Tracking the Purchase Process – Up Close and Personal Thanks to Mobile
Julia Gartside-Spink’s session at the AQR/QRCA Conference in Rome explained the mobile/online approach she used to help her client better understand the consumer purchase process. She finds this online/mobile/TIDI ethnographic approach far superior to in-person focus groups and in-depth interviews because “memory of reported behavior and emotions is not nearly as powerful as capturing them immediately.”
In Rome at the joint AQR/QRCA Conference on Thursday, April 26, Julia Gartside-Spink explained the mobile/online approach she used to help her inkjet printer client better understand the consumer purchase process. Her hybrid approach allowed her to get “up-close and personal” throughout the frustrating process of buying a printer that one consumer described as “the kiss of death” and another claimed was making them “lose the will to live.”
Julia wanted to get immediate feedback on the steps printer buyers took and their thoughts, feelings and observations about it. To do this she provided participants the freedom to report back during their shopping experience by mobile-enabled text, email, photo and video uploads, using their smart phones, mobile phones and computers. As soon as a participant finally made their purchase, they reported into Julia, allowing her to personally speak with that person by telephone (TIDI) to debrief this final stage. She finds this online/mobile/TIDI ethnographic approach far superior to in-person focus groups and in-depth interviews to understand the purchase process because “memory of reported behavior and emotions is not nearly as powerful as capturing them immediately.”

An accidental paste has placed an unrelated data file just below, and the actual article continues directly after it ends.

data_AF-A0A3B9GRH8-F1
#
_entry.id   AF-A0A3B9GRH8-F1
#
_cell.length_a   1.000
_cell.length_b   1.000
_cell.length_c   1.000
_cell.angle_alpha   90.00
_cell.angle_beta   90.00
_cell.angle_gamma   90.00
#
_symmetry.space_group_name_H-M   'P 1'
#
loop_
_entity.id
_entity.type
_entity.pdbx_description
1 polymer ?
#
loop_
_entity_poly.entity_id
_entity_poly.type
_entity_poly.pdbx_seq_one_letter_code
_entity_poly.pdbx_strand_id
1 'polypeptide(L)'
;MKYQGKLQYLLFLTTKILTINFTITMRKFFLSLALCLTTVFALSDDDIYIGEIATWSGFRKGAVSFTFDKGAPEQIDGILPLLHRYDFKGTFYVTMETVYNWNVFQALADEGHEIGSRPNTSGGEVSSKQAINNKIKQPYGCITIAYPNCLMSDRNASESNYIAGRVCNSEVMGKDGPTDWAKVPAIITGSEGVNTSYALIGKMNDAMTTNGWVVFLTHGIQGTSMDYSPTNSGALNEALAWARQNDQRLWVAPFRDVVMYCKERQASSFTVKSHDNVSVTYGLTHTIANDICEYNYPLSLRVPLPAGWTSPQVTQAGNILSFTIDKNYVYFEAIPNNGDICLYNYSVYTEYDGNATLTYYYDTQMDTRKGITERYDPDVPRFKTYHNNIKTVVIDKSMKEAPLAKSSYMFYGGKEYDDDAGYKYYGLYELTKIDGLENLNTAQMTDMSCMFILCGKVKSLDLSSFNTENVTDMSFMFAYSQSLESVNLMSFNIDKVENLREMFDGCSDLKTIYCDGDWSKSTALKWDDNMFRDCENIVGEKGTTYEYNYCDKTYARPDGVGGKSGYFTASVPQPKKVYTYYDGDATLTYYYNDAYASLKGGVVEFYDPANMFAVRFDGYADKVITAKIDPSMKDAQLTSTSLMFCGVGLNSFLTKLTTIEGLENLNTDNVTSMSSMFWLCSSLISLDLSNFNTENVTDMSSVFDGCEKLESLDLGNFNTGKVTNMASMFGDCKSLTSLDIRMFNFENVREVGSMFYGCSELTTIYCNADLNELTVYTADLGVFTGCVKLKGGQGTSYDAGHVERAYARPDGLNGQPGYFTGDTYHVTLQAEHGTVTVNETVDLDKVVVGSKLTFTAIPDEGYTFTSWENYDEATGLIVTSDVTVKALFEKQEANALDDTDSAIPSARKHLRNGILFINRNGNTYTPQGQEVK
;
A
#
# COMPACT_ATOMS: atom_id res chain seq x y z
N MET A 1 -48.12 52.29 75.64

Interestingly, Julia’s client wanted to make sure the mobile/online/TIDI hybrid approach had captured all insights and asked her to conduct in-person groups with participants after the mobile/online/TIDI portion of the project was completed. The in-person groups added nothing further to the mobile/online findings.
Julia shared the project with us using an intriguing visualization of the entire printer-buying process, which she describes as “snakes and ladders,” drawing on a British children’s game, which captures how consumers come into the process at different levels and no sooner begin to come to a decision when the “snake” drags them down to the beginning again.